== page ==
A study is being commissioned by Cork City Council to identify parts of the city where it might be appropriate to locate tall buildings and higher density development.
The local authority has set a budget of around €65,000 for the study to assist planning officials in identifying areas where taller buildings would be suitable while at the same time “enhancing Cork’s unique sense of place and community”.
The council said it also wanted to ensure excellence in the design of any tall buildings that might be constructed in the city in future.
It said the publication of guidelines for planning authorities on urban development and building heights by the Government in 2018 required all councils to update their policies in relation to tall buildings as well as building height and density.
The council said the guidelines required it to develop a tall building strategy that responds to the character of Cork and to the city’s material assets and their sensitivity to and capacity for development and change.
It claimed a building height strategy would seek to use taller buildings to mark strategic and local places of significance such as centres of activity, important street junctions, public spaces and transport hubs.
The council also noted that the guidelines stipulate that any strategy should not provide a blanket limit on the height of buildings.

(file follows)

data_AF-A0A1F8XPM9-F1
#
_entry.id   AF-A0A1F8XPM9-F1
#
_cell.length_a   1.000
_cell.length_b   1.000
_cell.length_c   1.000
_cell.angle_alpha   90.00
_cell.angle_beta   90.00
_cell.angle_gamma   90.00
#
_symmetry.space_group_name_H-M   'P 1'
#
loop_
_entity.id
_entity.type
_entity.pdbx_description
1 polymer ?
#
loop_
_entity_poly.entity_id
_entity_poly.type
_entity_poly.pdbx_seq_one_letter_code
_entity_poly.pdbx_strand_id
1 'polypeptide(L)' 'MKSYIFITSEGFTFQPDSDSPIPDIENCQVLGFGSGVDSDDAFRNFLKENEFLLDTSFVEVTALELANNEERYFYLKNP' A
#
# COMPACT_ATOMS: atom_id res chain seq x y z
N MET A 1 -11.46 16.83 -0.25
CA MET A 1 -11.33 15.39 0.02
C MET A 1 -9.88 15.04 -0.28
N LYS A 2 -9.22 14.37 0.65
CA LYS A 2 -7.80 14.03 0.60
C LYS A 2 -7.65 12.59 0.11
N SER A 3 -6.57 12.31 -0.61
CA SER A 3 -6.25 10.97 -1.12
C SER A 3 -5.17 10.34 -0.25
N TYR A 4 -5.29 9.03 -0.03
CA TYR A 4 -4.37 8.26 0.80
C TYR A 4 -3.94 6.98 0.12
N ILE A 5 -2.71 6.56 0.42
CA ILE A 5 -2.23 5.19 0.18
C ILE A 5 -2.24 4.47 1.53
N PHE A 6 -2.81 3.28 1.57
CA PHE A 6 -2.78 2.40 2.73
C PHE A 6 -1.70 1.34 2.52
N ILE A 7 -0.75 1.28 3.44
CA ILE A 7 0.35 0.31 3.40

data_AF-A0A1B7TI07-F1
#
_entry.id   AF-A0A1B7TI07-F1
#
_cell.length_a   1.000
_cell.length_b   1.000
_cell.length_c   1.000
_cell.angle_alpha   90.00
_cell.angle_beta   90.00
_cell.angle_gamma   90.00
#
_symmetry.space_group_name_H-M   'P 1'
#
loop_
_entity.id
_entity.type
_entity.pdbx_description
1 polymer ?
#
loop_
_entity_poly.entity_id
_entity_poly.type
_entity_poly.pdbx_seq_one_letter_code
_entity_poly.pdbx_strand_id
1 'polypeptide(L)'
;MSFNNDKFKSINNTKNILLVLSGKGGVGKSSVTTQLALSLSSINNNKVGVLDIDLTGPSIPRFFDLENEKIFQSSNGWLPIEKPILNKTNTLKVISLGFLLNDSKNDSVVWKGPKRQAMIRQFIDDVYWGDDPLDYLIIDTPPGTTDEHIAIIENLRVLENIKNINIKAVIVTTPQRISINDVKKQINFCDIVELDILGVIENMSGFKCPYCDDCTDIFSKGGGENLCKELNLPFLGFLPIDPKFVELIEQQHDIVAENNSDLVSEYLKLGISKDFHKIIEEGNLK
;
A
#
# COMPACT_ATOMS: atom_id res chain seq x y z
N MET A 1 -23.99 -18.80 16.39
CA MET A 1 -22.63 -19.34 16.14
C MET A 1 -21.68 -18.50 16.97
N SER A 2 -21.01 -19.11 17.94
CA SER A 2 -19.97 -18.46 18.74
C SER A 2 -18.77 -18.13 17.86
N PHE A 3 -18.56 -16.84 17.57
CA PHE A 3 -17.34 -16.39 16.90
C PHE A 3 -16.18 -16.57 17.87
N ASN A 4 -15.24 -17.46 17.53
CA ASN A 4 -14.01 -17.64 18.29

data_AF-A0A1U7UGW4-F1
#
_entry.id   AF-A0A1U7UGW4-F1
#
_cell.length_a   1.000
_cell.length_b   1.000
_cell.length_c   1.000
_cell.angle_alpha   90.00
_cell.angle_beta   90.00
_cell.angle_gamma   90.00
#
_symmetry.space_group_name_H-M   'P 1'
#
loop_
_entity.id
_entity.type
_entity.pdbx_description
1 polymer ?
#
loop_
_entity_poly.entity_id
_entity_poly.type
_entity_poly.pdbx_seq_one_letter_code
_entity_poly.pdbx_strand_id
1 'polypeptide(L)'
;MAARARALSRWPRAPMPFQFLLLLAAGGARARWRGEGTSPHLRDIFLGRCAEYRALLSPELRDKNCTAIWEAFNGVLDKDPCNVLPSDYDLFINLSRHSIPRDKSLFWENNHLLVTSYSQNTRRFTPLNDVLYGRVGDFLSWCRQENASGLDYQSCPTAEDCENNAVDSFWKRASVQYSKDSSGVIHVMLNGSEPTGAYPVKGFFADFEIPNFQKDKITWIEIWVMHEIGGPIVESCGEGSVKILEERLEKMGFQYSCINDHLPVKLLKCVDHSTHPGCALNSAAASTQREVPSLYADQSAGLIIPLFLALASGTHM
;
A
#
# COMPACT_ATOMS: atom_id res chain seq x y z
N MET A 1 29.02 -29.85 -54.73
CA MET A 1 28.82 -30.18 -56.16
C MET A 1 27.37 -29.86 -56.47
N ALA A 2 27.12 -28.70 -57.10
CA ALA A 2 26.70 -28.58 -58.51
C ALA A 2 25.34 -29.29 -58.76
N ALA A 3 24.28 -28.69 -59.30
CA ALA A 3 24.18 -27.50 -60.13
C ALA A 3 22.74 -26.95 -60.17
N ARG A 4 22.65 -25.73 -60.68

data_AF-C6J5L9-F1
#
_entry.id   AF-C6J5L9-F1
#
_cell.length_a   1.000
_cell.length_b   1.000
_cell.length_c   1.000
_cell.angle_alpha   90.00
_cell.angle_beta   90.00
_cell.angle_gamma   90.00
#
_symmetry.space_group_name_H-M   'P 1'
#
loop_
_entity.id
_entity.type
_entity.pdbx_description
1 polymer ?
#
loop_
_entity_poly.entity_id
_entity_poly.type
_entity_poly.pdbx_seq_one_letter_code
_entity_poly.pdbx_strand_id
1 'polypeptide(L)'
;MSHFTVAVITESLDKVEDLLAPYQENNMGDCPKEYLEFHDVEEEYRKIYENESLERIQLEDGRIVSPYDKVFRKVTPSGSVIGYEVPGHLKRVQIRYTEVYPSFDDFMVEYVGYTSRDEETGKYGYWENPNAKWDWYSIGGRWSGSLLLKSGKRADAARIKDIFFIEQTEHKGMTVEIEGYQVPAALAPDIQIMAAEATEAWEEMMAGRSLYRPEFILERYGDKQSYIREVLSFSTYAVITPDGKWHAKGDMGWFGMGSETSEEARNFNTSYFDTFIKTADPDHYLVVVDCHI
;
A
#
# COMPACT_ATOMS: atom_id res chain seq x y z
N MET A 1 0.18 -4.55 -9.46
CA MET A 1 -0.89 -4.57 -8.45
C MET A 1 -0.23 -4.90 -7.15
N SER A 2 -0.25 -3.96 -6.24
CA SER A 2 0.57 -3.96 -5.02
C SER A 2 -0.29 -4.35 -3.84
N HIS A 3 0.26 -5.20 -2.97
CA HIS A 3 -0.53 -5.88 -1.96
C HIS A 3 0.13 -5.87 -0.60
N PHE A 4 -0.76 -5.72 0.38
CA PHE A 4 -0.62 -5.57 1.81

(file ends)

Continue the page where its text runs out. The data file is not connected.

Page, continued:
The city’s current development plan identifies two strategic locations for tall buildings – the City Docks and South Mahon – while the council is also examining Tivoli Docks as another possible location.
There are currently a number of tall building developments awaiting approval in the city including a 34-storey hotel as part of a major redevelopment of Custom House Quay which is set to become the Republic’s tallest building, if approved, at around 140 metres in height.
It will be significantly taller than the country’s current tallest building – the 79-metre Capital Dock in Dublin – and almost twice the height of Cork’s existing tallest building – the Elysian at 71 metres.
Other high-rise buildings currently being proposed include a 24-storey apartment complex on Albert Quay, a 17-storey apartment block on the South Link Road and a 15-storey office building on a site bounded by Deane Street, Clontarf Street and Oliver Plunkett Street.
“The aim of the study is to ensure that Cork’s unique and special character is conserved and enhanced by new development utilising appropriate densities, building height and tall building locations,” the council said.
It expressed hope that the result would provide clarity to the public and other stakeholders about the future evolution of Cork city.
The council said it needed to ensure that its policy framework is fit-for-purpose and supported the ambitions set out for Cork city the Government’s National Development Plan known as Project 2040.
It sets a target population growth for Cork of 125,000 over the next 20 years from its current population of around 240,000.
The council said the definition of a “tall building” was likely to vary in different locations around the city.
It is expected work on the study will be completed by late 2020 or early 2021.